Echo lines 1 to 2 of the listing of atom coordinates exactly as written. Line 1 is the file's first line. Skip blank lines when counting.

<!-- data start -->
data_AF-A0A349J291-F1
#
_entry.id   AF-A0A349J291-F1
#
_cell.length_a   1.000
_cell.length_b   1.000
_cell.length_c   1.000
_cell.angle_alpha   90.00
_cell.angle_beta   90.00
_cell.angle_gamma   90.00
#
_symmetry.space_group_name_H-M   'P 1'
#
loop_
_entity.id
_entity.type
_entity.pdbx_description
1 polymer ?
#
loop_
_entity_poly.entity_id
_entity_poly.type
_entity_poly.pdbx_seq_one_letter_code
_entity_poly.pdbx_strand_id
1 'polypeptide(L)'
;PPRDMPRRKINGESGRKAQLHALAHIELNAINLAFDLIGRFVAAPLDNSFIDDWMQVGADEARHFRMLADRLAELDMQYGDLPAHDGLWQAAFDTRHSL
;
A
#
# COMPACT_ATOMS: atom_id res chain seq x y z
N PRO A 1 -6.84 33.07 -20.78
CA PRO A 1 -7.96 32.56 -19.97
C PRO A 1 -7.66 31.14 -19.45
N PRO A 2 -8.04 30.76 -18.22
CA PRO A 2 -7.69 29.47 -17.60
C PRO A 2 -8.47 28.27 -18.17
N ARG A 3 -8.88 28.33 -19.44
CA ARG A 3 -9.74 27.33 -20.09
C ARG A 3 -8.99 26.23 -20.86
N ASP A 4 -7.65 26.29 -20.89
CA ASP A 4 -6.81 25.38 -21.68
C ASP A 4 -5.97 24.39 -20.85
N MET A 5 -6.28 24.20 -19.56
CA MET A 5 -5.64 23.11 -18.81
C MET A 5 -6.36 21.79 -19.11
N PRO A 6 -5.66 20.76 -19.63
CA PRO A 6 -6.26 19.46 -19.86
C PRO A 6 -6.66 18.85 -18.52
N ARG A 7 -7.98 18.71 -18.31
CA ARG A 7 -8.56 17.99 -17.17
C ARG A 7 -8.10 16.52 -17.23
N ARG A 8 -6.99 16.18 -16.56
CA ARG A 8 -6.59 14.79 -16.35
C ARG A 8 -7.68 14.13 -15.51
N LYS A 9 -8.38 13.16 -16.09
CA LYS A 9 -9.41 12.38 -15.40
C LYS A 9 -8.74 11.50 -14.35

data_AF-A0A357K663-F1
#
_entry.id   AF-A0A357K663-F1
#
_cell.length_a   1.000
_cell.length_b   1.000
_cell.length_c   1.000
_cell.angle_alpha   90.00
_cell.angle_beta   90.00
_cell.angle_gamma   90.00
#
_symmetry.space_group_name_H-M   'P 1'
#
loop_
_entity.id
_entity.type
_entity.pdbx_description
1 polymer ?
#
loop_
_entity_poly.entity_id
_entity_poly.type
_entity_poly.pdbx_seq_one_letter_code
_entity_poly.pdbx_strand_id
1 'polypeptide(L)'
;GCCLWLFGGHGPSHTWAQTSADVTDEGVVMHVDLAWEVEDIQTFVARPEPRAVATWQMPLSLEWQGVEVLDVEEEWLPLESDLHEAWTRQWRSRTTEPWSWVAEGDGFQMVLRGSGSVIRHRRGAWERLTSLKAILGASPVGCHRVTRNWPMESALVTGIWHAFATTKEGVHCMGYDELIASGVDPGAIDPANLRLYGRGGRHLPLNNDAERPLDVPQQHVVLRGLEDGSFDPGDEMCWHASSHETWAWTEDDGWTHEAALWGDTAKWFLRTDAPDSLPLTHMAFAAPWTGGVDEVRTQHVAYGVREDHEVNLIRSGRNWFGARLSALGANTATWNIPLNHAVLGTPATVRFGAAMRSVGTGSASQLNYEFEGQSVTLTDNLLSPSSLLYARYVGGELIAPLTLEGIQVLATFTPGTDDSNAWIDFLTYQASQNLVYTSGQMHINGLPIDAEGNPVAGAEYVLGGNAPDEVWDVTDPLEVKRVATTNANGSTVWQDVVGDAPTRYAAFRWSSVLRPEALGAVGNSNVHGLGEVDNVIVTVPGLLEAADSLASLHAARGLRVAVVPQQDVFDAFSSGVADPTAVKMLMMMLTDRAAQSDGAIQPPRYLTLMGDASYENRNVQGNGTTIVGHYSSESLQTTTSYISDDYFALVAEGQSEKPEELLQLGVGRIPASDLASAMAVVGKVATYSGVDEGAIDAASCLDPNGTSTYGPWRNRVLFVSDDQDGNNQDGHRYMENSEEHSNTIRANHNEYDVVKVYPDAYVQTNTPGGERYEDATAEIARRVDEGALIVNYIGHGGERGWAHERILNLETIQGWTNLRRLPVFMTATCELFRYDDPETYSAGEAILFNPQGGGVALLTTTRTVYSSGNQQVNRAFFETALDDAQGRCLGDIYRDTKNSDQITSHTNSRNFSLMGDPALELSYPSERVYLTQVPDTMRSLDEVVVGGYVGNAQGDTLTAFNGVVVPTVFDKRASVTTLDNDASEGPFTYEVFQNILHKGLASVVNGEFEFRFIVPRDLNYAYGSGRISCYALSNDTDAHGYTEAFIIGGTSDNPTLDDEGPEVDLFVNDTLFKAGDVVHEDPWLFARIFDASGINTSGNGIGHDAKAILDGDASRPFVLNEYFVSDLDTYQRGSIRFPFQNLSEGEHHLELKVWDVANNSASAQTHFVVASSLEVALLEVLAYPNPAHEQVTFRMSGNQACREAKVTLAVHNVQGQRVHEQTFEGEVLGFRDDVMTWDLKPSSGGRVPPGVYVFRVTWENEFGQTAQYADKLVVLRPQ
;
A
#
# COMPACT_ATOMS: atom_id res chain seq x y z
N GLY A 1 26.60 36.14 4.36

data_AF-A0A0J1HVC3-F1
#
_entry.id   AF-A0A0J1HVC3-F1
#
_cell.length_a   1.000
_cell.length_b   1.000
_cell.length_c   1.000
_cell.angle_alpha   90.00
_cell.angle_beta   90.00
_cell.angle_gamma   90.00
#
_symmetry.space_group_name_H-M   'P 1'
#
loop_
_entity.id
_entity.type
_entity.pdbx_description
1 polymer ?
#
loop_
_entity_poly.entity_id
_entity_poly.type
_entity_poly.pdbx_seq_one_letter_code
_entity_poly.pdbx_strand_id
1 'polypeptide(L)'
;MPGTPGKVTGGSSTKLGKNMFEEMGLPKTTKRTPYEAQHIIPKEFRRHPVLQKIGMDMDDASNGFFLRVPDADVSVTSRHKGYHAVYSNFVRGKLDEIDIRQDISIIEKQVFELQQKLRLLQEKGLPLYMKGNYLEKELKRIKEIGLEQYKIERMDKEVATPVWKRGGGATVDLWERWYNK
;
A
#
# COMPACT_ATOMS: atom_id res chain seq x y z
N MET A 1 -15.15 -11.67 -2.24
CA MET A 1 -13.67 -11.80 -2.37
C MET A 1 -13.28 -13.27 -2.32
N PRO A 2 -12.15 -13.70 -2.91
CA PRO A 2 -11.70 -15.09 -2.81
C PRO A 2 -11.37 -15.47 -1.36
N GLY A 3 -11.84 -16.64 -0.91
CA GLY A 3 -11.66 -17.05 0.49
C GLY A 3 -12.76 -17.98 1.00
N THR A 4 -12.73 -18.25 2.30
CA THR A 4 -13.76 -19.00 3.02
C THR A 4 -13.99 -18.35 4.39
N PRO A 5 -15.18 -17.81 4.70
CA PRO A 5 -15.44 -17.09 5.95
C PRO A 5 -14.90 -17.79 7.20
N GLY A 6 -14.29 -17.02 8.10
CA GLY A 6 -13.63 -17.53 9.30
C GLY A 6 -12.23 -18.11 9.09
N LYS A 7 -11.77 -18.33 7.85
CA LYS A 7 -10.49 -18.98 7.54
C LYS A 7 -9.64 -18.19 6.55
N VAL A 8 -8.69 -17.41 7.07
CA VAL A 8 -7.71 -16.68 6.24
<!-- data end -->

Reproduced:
data_AF-A0A349J291-F1
#